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Remembering World War I Yarmouth Connections
 Frank Sanderson Rogers Force: Army Regiment: Canadian Infantry Battalion: 112th Battalion/Royal Canadian Regiment Regimental Number: 733237 Rank: Private/Acting Lance Corporal “A” Company RCR Date of Birth: June 29, 1887 Place of Birth: Yarmouth, Nova Scotia Date of Enlistment: December 20, 1915 Place of Enlistment: Yarmouth, Nova Scotia  Address at Enlistment: Yarmouth, Nova Scotia Age at Enlistment: 28 Height: 5 Feet 9 Inches Prior Military Experience: 29th Battery, CFA, Yarmouth N.S. Trade: Merchant Marital Status: Single Religion: Methodist Next of Kin: (Mother) Myra Belle Rogers, Yarmouth, Nova Scotia Frank Rogers was a member of the Providence Church and Sunday School.  He was Secretary of St. George Fire Engine Co, a Mason of Hiram Lodge and an Orangeman.  He was a charter member of the Yarmouth Young Men’s Booster Club and its first President. For several years he held the position of Collector of Water Rates for the Town of Yarmouth. His father had died four years prior to his enlistment and at that time he resigned the Collector of Water Rates and together with his brother entered into a partnership to run the grocery business established by his father. He enlisted with the 112th Battalion and left for Windsor, N.S. on April 3, 1916 to take courses in physical drill and bayonet fighting. He returned to Yarmouth as an instructor.  He was then transferred to Halifax to take the Non-Commissioned Officer course and was promoted to Sergeant.  In England he was initially with the 112th Battalion and anxious to join the battle in France he reverted to the rank of Private and transferred to the Royal Canadian Regiment (RCR). He was killed at Passchendaele on October 20, 1917.  He was acting as a Lance Corporal at the time of his death and was engaged in a charge.  He was with a companion and they took cover in a shell hole when a shell burst very near.  Frank Rogers was killed instantly from the concussion of the blast. He was not struck and his body had no bruises or marks on his body.  His companion survived. He had earlier written home of an experience with a shell burst: On September 21, 1919 the Masons assembled under the auspices of Hiram Lodge to unveil a tabled to Frank Rogers who was a senior Deacon at the time of his enlistment.   Date of Death: October 30, 1917 (Passchendaele) Age at Death: 30 Memorial: Menin Gate (Ypres) Memorial, Belgium  (Panel 10)     Commemorated on Page 318 of the First World War Book of Remembrance Displayed in the Memorial Chamber of the Peace Tower in Ottawa on July 12 Listed on the Nominal Roll of the 112th Battalion. Commemorated on the Yarmouth Monument Sources: Library and Archives Canada (Attestation Paper) Commonwealth War Grave Commission Commonwealth War Grave Commission (Cemetery Information) Canadian Great War Project Veterans Affairs Canada Additional Information: “A Monument Speaks” A Thurston; 1989 (pp 284-288)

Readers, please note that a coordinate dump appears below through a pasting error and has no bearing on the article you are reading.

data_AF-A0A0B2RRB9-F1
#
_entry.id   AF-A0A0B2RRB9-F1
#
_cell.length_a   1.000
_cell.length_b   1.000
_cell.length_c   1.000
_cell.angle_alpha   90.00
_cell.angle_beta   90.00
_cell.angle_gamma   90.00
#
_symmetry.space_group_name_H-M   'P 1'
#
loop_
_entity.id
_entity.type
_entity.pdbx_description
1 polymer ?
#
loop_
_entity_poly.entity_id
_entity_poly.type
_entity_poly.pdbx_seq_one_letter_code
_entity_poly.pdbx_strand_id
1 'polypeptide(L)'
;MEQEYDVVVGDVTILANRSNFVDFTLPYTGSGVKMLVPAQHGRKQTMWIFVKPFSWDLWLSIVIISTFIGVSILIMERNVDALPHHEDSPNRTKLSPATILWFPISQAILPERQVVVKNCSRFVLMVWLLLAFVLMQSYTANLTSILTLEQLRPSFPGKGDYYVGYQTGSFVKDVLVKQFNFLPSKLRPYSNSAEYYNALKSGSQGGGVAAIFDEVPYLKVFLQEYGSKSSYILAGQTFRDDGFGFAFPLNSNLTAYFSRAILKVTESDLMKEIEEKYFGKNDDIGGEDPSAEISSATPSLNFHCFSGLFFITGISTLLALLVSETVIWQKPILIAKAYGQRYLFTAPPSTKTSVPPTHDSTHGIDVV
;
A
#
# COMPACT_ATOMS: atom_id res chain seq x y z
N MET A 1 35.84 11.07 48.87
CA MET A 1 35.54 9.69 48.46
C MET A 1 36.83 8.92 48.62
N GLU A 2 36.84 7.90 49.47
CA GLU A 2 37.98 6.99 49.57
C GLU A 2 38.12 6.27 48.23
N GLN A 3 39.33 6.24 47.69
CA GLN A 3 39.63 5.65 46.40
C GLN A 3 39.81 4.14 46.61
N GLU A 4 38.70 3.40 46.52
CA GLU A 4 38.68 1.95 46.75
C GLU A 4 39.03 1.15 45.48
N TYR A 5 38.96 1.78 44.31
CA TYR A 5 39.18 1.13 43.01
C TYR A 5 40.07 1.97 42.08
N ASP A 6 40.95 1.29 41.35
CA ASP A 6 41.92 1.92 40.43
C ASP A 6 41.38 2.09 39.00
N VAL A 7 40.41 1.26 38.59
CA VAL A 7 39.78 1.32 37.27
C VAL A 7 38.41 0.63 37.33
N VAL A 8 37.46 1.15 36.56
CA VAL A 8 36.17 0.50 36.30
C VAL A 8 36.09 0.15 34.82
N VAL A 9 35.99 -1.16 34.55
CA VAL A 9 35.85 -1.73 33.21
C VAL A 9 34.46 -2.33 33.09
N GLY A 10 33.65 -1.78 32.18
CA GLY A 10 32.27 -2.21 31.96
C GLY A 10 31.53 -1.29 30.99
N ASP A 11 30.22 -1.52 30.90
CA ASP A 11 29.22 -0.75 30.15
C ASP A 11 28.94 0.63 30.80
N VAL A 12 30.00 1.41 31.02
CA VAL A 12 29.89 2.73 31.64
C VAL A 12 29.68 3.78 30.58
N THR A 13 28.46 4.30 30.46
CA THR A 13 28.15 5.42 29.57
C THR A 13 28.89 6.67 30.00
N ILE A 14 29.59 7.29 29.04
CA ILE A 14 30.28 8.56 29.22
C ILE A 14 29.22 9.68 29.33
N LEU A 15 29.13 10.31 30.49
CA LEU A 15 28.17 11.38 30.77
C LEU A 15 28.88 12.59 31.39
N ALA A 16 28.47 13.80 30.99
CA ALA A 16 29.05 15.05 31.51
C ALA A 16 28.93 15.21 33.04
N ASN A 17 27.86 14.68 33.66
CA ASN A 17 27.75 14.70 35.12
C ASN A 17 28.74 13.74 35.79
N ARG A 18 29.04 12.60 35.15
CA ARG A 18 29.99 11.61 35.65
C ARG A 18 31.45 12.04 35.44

Private Frank Sanderson Rogers 
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Attestation Paper (click to enlarge)
“I remember Pat Wyman telling me once in a physics lesson that no two bodies could occupy the same space at the same time.  I have proved it.  I was occupying my dugout at the observation post when Fritz sent over a 5.9 shell to occupy it.  The shell being the stronger, why, it sent me outside and then buried me with the earth and timbers.  The Lord only knows why I did not get killed but I was only badly shaken up.  Such was my Christmas present.”